The gallbladder is a small sac near the liver that stores bile. Bile is a mixture of cholesterol, bile salts, fat, and water that helps your small intestine break down fats. Your liver creates the bile. Sometimes, the ratio of cholesterol to the other parts of bile becomes unbalanced, and gallstones, or concentrated, hard balls of cholesterol, form. These stones can be only a few millimeters to several centimeters in diameter. Often, these stones simply float in the gallbladder, causing no problems.
Symptoms of gallstones appear when the stones become lodged in the tubes that make up the gallbladder or in the bile duct that connects the gallbladder with the small intestine. When this happens, the following symptoms may be present:
- abdominal pain (normally on the right side of your body)
- pain that may extend to the right shoulder blade or back
- pain that appears or worsens after eating a meal, especially after eating fatty or greasy food
- chest pain
- vomiting, nausea, and fever
- tenderness in the abdomen, particularly in the upper right area
- yellowing of skin and eyes (jaundice)
Often the pain will begin at night, and moving around will not make the pain go away. The pain can also prevent you from taking normal or deep breaths. The pain can last from 15 minutes to 24 hours, with 1-5 hour stretches being common. Pain with vomiting, nausea, and fever can mean there is inflammation or infection in the gallbladder.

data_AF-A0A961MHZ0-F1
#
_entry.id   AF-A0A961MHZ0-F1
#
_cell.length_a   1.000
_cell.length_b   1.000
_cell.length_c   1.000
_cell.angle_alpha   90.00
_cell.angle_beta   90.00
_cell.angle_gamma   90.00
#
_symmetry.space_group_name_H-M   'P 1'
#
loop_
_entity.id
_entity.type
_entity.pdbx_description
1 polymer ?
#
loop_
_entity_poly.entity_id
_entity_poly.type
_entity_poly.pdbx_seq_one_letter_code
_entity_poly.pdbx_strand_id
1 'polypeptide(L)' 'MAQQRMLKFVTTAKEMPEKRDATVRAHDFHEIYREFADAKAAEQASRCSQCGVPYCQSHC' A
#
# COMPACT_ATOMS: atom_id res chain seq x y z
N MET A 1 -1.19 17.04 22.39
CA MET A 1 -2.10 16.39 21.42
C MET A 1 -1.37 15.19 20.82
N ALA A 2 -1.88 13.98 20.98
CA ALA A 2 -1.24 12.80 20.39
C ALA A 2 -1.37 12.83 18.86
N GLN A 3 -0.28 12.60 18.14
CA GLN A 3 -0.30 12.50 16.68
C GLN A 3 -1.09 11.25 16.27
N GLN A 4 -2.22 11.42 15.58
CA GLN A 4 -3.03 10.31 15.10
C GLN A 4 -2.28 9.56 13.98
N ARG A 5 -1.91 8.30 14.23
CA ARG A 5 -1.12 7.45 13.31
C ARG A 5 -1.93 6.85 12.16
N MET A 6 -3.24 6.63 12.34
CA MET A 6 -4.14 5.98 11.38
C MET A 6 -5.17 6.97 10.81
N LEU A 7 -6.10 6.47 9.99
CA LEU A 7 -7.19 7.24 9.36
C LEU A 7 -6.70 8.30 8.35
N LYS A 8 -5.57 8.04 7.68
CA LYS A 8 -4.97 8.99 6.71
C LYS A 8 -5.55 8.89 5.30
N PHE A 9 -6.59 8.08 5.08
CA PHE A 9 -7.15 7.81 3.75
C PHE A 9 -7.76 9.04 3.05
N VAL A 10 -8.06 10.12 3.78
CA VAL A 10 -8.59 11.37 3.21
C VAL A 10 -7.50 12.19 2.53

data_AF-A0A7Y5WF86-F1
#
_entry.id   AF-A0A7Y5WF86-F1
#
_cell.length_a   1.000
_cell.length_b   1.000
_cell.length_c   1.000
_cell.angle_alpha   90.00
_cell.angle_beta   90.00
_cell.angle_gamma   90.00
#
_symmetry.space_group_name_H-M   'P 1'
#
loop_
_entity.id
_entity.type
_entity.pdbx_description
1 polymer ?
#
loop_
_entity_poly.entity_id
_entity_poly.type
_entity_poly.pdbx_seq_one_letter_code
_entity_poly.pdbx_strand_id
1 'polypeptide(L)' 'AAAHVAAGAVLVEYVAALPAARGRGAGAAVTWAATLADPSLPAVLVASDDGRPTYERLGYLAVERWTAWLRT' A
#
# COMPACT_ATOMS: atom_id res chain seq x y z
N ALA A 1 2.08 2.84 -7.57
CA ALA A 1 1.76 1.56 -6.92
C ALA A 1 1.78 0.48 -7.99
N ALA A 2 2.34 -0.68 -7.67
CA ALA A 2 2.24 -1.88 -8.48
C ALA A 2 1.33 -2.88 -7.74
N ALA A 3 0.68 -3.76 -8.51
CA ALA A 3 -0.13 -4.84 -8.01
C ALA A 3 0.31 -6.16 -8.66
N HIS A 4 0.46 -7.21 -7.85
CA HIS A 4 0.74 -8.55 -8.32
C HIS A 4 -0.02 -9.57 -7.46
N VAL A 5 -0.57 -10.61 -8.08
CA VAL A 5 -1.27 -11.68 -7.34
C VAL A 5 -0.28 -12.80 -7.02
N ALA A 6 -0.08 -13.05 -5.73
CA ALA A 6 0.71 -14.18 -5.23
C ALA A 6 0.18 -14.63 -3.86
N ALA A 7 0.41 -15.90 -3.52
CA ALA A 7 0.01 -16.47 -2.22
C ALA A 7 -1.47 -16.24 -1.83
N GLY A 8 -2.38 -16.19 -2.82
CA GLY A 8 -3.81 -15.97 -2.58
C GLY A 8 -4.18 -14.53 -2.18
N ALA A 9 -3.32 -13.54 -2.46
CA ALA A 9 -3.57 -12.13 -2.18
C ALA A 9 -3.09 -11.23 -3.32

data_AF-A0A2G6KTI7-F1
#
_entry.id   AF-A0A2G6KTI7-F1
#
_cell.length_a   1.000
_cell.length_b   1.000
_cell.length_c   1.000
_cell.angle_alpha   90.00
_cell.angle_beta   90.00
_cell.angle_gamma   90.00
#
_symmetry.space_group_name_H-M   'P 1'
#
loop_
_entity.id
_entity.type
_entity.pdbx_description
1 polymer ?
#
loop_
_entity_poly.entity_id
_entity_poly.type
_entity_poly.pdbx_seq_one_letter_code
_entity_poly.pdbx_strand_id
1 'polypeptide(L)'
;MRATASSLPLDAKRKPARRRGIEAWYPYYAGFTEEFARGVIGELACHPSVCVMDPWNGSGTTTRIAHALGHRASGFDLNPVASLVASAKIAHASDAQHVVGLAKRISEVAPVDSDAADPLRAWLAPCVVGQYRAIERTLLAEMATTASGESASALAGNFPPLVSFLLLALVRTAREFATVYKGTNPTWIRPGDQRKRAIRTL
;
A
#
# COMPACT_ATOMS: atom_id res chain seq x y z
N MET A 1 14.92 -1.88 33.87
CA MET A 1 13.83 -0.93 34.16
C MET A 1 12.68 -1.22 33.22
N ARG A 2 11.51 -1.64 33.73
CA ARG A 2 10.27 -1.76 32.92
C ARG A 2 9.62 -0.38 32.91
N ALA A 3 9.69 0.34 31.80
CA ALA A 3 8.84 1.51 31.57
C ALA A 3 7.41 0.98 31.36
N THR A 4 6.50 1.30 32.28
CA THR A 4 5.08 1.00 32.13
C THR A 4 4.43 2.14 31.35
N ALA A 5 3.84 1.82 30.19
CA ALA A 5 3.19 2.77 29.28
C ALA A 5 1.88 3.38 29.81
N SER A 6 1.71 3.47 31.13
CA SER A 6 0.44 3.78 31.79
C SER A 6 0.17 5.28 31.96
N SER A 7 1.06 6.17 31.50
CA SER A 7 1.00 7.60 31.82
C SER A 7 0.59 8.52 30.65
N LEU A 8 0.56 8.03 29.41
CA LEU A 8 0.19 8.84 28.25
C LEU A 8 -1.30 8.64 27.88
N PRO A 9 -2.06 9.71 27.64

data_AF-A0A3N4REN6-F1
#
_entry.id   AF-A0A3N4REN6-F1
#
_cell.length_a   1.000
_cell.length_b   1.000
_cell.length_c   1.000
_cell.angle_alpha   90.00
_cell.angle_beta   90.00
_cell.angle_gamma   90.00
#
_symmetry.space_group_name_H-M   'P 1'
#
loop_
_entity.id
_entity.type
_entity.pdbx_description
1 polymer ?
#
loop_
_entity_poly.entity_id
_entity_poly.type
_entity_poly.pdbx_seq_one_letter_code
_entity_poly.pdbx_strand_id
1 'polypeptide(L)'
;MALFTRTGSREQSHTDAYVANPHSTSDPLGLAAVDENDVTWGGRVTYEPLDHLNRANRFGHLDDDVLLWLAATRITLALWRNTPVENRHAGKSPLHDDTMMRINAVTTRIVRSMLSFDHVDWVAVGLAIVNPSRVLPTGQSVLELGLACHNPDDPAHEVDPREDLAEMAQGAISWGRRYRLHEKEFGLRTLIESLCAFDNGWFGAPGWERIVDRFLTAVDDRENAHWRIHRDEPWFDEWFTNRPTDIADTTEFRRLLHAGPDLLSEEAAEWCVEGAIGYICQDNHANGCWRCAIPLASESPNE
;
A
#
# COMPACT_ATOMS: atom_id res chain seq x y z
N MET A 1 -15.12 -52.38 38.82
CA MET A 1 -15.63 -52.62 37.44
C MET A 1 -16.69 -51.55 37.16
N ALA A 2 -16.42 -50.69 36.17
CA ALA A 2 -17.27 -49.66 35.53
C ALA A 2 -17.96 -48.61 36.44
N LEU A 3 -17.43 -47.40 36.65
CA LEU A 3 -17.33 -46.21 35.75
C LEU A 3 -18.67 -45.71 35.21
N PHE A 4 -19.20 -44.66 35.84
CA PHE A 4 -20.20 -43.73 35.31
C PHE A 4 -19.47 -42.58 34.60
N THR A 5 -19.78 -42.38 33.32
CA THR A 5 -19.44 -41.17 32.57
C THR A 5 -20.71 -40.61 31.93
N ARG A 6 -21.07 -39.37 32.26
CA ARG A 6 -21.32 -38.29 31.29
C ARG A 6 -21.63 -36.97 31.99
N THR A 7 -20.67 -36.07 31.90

Most people with gallbladder stones have no symptoms. If there are not symptoms, there is no need for treatment. For unknown reasons, people who have had gallstones for more than 10 years are less likely to have symptoms or problems. Some people can experience one attack of pain from gallstones, and then never have symptoms again. The pain and the other feelings of gallbladder problems can be frightening and overwhelming, however, so people who experience more than one attack of pain often elect to have gallbladder surgery.
Fixing gallstone problems is most easily accomplished by remove of the gallbladder. Removing this organ doesn’t affect your body adversely, as your liver adjusts to the change and sends bile straight to the small intestine when needed. To diagnose gallstones, your doctor will most likely perform an ultrasound or a CT scan. Removal of the gallbladder can easily be done with laparoscopic surgery, including with the da Vinci Surgical System. In Utah, this type of surgery will help you more quickly get back to normal life, with only small amounts of scarring.
Some symptoms of gallbladder problems can also indicate other gastrointestinal problems, or can feel like heart attack symptoms. Be sure to talk with your doctor if you are experiencing any acute pain in your abdomen or chest so that the pain can be correctly diagnosed and treated.